The elimination of milk quotas as of next year will not take the EU states by surprise, because they will be provided with instruments to counteract this measure.
The EU intends to set up a system for the prevention and management of possible crises on the market and is preparing, at the same time, for the elimination of milk quotas as of January 1, 2015. Romania, just like all the other member states, has all the necessary instruments provided by the EU through the direct payments system or the rural development program, to make sure that milk producers will be able to cope with this measure. Here is European Commissioner for Agriculture, Dacian Ciolos:
“Besides the normal direct payments there is the possibility to allot certain specific subsidies for the milk sector and the rural development program includes instruments and why not, the possibility to set up a sub-program for the milk sector, just as they intend to do in the fruit growing sector, so as to financially support, through investments or other financial means, those who want to stay on the market”.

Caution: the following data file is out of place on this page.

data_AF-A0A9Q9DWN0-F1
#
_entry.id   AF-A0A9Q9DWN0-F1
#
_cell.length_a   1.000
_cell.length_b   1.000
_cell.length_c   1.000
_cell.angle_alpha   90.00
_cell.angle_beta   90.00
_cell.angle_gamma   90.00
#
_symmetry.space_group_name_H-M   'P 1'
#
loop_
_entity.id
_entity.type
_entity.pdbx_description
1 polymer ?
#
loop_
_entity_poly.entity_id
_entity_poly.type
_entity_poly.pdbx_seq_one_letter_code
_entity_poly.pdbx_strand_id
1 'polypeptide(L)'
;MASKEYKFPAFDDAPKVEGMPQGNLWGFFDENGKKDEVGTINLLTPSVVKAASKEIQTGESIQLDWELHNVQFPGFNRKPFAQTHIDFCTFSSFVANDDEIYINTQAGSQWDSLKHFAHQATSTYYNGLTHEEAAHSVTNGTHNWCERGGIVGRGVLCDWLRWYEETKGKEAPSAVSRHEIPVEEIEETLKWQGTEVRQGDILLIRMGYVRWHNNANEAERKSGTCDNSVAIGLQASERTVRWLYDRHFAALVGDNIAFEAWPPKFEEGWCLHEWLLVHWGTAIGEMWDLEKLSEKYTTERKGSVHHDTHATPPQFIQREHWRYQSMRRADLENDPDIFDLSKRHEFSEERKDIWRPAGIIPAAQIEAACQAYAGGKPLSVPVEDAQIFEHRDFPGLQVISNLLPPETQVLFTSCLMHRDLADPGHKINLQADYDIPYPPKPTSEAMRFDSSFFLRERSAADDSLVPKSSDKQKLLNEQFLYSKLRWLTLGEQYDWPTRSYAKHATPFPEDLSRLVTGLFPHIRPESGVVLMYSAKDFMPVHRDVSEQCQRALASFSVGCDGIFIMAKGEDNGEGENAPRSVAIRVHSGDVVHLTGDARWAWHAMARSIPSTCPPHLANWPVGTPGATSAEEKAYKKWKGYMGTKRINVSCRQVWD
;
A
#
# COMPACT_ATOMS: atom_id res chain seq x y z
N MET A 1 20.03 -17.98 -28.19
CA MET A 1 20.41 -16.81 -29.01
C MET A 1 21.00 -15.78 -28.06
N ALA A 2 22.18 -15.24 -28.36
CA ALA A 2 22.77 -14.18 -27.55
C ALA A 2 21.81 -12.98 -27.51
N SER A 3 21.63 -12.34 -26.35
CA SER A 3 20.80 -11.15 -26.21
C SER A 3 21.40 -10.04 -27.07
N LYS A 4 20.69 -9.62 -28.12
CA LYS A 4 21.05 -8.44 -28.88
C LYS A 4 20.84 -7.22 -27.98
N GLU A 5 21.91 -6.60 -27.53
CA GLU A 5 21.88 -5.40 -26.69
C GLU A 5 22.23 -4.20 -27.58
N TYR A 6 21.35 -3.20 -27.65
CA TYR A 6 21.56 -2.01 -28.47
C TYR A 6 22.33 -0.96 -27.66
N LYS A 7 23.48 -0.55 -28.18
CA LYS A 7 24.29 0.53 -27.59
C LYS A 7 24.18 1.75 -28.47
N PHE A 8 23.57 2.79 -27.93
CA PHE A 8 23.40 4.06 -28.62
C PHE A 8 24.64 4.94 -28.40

The dairy products market has been analyzed in a report recently made public by the European Commission. The main issue was the so-called milk package adopted in 2012, which includes measures favoring the producers. Such a measure consists in the option offered to member states to render compulsory the conclusion of written contracts between milk producers and processors. Farmers have the possibility to collectively negotiate the contractual clauses, including the price of raw milk, by means of producers’ organizations.
The legislative package was proposed in 2010 by European Commissioner for Agriculture, Dacian Ciolos. He then stated that his intention was that the 5,400 milk processors and the 950 thousand producers across the EU should be able to negotiate prices jointly, up to a level that should not affect competition rules. The EC report shows that concluding such contracts between producers and processors became compulsory in 12 member states, Romania included.
The European Commission believes, however, that it is too early to notice the significant effects of the milk law package, mainly in the disadvantaged areas. According to the EC, it takes time and a strong producer dynamics to adopt the measures necessary for the effective application of the possibilities offered by the EU as well as to set up an organization of producers and hold collective negotiations. The EC report gives special attention to the capacity of the EU regulation framework to deal with extreme market volatility or a crisis situation. The purpose is to ensure a balanced development of milk production so as to avoid extreme concentration of milk supplies in the most productive areas.